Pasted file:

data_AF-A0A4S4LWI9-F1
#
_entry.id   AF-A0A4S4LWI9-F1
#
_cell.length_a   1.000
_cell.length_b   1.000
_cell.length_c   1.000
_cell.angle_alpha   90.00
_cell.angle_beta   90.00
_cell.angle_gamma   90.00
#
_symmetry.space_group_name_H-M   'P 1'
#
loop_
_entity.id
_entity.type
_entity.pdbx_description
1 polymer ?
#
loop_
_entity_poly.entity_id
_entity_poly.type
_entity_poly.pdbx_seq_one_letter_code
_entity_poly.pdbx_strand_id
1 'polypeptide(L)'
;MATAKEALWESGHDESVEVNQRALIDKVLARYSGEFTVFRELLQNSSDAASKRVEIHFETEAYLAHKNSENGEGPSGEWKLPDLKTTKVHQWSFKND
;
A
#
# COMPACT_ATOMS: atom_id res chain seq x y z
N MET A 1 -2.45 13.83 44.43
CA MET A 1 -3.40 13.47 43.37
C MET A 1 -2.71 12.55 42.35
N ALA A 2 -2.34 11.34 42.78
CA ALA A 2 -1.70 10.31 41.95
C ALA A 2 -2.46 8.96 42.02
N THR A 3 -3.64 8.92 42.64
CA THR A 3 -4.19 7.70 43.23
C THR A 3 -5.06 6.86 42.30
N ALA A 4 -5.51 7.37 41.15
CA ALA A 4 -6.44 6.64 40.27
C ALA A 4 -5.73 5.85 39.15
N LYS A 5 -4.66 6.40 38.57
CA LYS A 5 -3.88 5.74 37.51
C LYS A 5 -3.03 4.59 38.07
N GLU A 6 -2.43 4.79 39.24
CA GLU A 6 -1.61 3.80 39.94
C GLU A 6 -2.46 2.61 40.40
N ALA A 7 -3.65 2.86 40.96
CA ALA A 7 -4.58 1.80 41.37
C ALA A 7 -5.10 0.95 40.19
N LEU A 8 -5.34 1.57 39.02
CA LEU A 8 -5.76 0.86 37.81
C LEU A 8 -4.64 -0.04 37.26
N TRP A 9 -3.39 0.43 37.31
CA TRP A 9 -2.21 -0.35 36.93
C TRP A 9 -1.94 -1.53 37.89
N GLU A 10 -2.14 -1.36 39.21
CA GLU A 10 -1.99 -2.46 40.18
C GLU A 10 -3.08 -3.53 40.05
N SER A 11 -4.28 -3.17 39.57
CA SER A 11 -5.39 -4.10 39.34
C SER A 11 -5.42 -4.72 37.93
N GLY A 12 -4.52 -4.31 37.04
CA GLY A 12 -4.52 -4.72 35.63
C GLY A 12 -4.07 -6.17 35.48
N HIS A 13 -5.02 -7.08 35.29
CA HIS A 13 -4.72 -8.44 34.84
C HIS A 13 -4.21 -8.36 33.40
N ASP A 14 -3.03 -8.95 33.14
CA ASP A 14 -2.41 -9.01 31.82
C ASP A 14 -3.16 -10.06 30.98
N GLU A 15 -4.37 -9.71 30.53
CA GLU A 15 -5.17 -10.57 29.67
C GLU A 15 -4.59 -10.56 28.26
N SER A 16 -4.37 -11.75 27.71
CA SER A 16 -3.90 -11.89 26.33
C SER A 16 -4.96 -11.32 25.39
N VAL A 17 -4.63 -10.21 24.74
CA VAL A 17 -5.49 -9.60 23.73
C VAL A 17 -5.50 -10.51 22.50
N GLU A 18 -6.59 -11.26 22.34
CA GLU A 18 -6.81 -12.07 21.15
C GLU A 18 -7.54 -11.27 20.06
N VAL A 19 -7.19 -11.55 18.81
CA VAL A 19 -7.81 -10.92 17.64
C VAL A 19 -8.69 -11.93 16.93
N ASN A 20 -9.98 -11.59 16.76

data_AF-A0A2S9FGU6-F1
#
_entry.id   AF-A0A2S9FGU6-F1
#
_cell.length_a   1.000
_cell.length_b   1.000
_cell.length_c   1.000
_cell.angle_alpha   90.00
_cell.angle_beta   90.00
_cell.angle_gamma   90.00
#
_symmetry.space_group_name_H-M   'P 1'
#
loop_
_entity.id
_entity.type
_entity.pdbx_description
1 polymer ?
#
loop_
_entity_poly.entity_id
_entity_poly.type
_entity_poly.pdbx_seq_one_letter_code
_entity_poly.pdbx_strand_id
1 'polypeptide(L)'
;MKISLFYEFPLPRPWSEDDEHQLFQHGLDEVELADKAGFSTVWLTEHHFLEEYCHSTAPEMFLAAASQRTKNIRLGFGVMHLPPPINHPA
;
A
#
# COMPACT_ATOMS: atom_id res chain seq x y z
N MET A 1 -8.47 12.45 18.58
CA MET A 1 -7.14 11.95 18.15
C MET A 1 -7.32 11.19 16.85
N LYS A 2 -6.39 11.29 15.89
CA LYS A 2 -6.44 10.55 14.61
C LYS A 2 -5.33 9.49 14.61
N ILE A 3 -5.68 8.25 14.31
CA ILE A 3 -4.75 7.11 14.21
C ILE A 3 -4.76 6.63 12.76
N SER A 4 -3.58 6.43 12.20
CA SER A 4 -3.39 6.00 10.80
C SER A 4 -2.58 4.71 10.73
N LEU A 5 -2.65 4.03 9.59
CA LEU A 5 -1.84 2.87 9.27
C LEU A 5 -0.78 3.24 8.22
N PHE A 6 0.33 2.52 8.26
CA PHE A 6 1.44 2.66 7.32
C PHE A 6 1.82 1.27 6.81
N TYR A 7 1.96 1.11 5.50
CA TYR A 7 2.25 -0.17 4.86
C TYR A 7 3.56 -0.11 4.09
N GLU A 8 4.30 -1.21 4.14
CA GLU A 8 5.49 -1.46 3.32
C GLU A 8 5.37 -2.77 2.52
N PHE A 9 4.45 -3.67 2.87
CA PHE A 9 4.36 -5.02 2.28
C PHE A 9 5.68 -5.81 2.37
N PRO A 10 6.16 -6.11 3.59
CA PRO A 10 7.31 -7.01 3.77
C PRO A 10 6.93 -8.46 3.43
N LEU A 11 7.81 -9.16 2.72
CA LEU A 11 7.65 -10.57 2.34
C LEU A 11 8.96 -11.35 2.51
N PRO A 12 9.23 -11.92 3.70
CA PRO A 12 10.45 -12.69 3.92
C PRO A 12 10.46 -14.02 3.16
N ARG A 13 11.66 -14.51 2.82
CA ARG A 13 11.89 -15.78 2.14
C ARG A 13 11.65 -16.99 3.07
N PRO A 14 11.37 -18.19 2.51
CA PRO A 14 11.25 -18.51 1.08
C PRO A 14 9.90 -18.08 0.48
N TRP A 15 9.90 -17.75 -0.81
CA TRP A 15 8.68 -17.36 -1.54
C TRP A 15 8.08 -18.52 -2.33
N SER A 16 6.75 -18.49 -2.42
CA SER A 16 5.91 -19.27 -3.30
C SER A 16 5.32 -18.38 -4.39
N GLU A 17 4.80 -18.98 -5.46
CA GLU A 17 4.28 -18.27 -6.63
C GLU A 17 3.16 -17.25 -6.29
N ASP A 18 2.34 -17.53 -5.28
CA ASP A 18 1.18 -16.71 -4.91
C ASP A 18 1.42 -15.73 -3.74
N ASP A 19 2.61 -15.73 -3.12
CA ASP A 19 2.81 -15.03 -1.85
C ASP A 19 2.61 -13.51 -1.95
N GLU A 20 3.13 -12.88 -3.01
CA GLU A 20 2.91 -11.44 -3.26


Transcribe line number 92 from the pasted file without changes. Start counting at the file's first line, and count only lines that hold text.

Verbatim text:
#